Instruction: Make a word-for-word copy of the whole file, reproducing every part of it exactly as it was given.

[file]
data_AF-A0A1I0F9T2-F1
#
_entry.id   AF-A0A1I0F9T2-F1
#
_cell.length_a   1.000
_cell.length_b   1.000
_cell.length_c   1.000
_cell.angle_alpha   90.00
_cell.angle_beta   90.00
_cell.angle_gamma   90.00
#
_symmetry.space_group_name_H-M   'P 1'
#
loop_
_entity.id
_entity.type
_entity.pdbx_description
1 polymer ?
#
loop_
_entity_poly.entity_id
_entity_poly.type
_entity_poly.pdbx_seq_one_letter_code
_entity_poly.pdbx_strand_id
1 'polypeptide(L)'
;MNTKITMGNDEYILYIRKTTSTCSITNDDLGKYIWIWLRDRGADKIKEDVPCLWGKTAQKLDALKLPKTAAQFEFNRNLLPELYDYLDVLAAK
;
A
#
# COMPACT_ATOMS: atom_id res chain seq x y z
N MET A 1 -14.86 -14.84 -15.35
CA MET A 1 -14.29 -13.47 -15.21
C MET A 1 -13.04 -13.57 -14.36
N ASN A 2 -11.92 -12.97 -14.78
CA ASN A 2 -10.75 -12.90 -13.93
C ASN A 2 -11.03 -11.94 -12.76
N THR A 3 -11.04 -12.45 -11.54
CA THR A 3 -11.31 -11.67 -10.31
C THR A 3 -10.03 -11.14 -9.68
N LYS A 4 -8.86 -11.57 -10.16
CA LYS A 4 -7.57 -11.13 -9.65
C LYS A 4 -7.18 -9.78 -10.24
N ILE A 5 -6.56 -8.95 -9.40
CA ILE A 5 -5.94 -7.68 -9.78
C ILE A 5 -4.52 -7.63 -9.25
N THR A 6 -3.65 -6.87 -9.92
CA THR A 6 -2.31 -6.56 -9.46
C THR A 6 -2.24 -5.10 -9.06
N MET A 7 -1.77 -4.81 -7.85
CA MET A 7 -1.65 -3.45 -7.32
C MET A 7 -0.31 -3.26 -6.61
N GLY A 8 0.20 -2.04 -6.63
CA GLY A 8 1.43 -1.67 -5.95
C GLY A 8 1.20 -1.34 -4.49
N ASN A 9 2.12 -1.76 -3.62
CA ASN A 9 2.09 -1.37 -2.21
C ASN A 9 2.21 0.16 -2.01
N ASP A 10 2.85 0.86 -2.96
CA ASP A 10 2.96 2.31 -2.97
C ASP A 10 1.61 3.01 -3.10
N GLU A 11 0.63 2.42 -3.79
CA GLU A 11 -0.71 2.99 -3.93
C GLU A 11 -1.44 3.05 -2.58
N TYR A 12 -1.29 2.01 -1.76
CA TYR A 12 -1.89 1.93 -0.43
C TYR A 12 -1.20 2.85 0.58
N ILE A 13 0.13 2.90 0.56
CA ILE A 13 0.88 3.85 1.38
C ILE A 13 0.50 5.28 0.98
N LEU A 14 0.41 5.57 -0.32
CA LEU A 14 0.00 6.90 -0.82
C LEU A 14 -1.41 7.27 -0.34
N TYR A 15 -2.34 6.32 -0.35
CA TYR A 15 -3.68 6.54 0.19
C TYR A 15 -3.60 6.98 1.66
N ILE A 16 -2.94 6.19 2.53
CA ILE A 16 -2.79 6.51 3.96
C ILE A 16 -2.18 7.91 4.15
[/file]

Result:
data_AF-A0A1I0F9T2-F1
#
_entry.id   AF-A0A1I0F9T2-F1
#
_cell.length_a   1.000
_cell.length_b   1.000
_cell.length_c   1.000
_cell.angle_alpha   90.00
_cell.angle_beta   90.00
_cell.angle_gamma   90.00
#
_symmetry.space_group_name_H-M   'P 1'
#
loop_
_entity.id
_entity.type
_entity.pdbx_description
1 polymer ?
#
loop_
_entity_poly.entity_id
_entity_poly.type
_entity_poly.pdbx_seq_one_letter_code
_entity_poly.pdbx_strand_id
1 'polypeptide(L)'
;MNTKITMGNDEYILYIRKTTSTCSITNDDLGKYIWIWLRDRGADKIKEDVPCLWGKTAQKLDALKLPKTAAQFEFNRNLLPELYDYLDVLAAK
;
A
#
# COMPACT_ATOMS: atom_id res chain seq x y z
N MET A 1 -14.86 -14.84 -15.35
CA MET A 1 -14.29 -13.47 -15.21
C MET A 1 -13.04 -13.57 -14.36
N ASN A 2 -11.92 -12.97 -14.78
CA ASN A 2 -10.75 -12.90 -13.93
C ASN A 2 -11.03 -11.94 -12.76
N THR A 3 -11.04 -12.45 -11.54
CA THR A 3 -11.31 -11.67 -10.31
C THR A 3 -10.03 -11.14 -9.68
N LYS A 4 -8.86 -11.57 -10.16
CA LYS A 4 -7.57 -11.13 -9.65
C LYS A 4 -7.18 -9.78 -10.24
N ILE A 5 -6.56 -8.95 -9.40
CA ILE A 5 -5.94 -7.68 -9.78
C ILE A 5 -4.52 -7.63 -9.25
N THR A 6 -3.65 -6.87 -9.92
CA THR A 6 -2.31 -6.56 -9.46
C THR A 6 -2.24 -5.10 -9.06
N MET A 7 -1.77 -4.81 -7.85
CA MET A 7 -1.65 -3.45 -7.32
C MET A 7 -0.31 -3.26 -6.61
N GLY A 8 0.20 -2.04 -6.63
CA GLY A 8 1.43 -1.67 -5.95
C GLY A 8 1.20 -1.34 -4.49
N ASN A 9 2.12 -1.76 -3.62
CA ASN A 9 2.09 -1.37 -2.21
C ASN A 9 2.21 0.16 -2.01
N ASP A 10 2.85 0.86 -2.96
CA ASP A 10 2.96 2.31 -2.97
C ASP A 10 1.61 3.01 -3.10
N GLU A 11 0.63 2.42 -3.79
CA GLU A 11 -0.71 2.99 -3.93
C GLU A 11 -1.44 3.05 -2.58
N TYR A 12 -1.29 2.01 -1.76
CA TYR A 12 -1.89 1.93 -0.43
C TYR A 12 -1.20 2.85 0.58
N ILE A 13 0.13 2.90 0.56
CA ILE A 13 0.88 3.85 1.38
C ILE A 13 0.50 5.28 0.98
N LEU A 14 0.41 5.57 -0.32
CA LEU A 14 0.00 6.90 -0.82
C LEU A 14 -1.41 7.27 -0.34
N TYR A 15 -2.34 6.32 -0.35
CA TYR A 15 -3.68 6.54 0.19
C TYR A 15 -3.60 6.98 1.66
N ILE A 16 -2.94 6.19 2.53
CA ILE A 16 -2.79 6.51 3.96
C ILE A 16 -2.18 7.91 4.15